Surface Mesonets of the Western United States

Surface Mesonets of the Western United States In recent years the western United States has gone from being a region with relatively sparse surface observations to one that has a number of mesoscale networks maintained by a variety of interests. Expanding population and increased agricultural activity have spawned a greater appreciation for meteorological measurements in this region. Yet the meteorological community is not generally aware of these data sources, and some potential research uses for the data are not realized. A survey of these mesonets is presented to illustrate the number of stations and the variations in their characteristics. Even though the networks have been set up by different agencies, there is very little overlap in their locations. Some areas in the region, however, are still lacking an abundance of surface data. Information sources for the networks are provided so that readers can obtain additional information. It can be difficult to work with data from several different sources. Nonetheless, it is recommended that the meteorological implications of these data be further explored. Additional efforts are also needed to establish standards for surface observations so that the data collected by various sources will be more uniform. http://www.deepdyve.com/assets/images/DeepDyve-Logo-lg.png Bulletin of the American Meteorological Society American Meteorological Society

Surface Mesonets of the Western United States

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Publisher
American Meteorological Society
Copyright
Copyright © American Meteorological Society
ISSN
1520-0477
D.O.I.
10.1175/1520-0477(1997)078<1485:SMOTWU>2.0.CO;2
Publisher site
See Article on Publisher Site

Abstract

In recent years the western United States has gone from being a region with relatively sparse surface observations to one that has a number of mesoscale networks maintained by a variety of interests. Expanding population and increased agricultural activity have spawned a greater appreciation for meteorological measurements in this region. Yet the meteorological community is not generally aware of these data sources, and some potential research uses for the data are not realized. A survey of these mesonets is presented to illustrate the number of stations and the variations in their characteristics. Even though the networks have been set up by different agencies, there is very little overlap in their locations. Some areas in the region, however, are still lacking an abundance of surface data. Information sources for the networks are provided so that readers can obtain additional information. It can be difficult to work with data from several different sources. Nonetheless, it is recommended that the meteorological implications of these data be further explored. Additional efforts are also needed to establish standards for surface observations so that the data collected by various sources will be more uniform.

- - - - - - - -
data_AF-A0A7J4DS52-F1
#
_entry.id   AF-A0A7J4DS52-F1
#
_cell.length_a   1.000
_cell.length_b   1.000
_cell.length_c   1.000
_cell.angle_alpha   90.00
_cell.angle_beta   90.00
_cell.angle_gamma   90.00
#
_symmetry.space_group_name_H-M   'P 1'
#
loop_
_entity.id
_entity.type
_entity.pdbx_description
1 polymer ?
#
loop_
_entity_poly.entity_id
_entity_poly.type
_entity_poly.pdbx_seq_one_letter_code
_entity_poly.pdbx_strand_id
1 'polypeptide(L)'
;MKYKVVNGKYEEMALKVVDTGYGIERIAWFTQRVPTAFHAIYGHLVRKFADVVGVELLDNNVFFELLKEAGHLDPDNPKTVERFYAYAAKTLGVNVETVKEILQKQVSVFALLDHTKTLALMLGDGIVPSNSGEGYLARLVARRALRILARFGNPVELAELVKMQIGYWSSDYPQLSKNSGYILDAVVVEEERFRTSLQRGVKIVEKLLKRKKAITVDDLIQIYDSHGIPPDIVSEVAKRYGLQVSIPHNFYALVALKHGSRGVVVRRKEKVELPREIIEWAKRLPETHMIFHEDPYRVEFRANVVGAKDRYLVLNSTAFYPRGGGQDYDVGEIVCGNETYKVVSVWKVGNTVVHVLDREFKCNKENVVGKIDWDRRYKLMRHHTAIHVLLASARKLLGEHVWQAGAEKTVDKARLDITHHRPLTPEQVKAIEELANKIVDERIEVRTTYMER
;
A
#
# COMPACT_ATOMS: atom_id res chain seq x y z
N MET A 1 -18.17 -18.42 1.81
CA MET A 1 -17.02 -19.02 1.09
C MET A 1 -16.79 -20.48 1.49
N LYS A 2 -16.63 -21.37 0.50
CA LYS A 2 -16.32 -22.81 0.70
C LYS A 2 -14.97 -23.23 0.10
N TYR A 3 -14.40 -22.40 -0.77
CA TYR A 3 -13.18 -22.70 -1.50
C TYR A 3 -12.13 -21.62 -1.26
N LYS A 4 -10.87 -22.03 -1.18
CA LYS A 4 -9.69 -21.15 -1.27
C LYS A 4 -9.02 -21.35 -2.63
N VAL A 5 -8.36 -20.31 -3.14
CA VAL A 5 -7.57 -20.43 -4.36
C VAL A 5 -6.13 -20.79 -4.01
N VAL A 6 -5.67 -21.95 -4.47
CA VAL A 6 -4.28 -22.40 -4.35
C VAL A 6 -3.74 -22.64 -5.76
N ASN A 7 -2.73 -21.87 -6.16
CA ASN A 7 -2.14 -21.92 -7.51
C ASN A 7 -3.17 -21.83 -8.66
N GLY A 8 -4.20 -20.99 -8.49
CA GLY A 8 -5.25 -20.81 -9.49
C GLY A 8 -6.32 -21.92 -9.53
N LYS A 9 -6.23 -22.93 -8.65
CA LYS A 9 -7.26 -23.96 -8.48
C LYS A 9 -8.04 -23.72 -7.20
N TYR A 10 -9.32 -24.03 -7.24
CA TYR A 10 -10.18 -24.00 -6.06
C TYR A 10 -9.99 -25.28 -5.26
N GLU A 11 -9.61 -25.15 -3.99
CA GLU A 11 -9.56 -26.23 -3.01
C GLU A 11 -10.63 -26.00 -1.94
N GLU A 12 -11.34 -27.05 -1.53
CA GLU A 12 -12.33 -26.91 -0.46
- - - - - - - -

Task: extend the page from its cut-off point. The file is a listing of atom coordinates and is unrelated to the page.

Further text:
Journal

Bulletin of the American Meteorological SocietyAmerican Meteorological Society

Published: Jul 20, 1997

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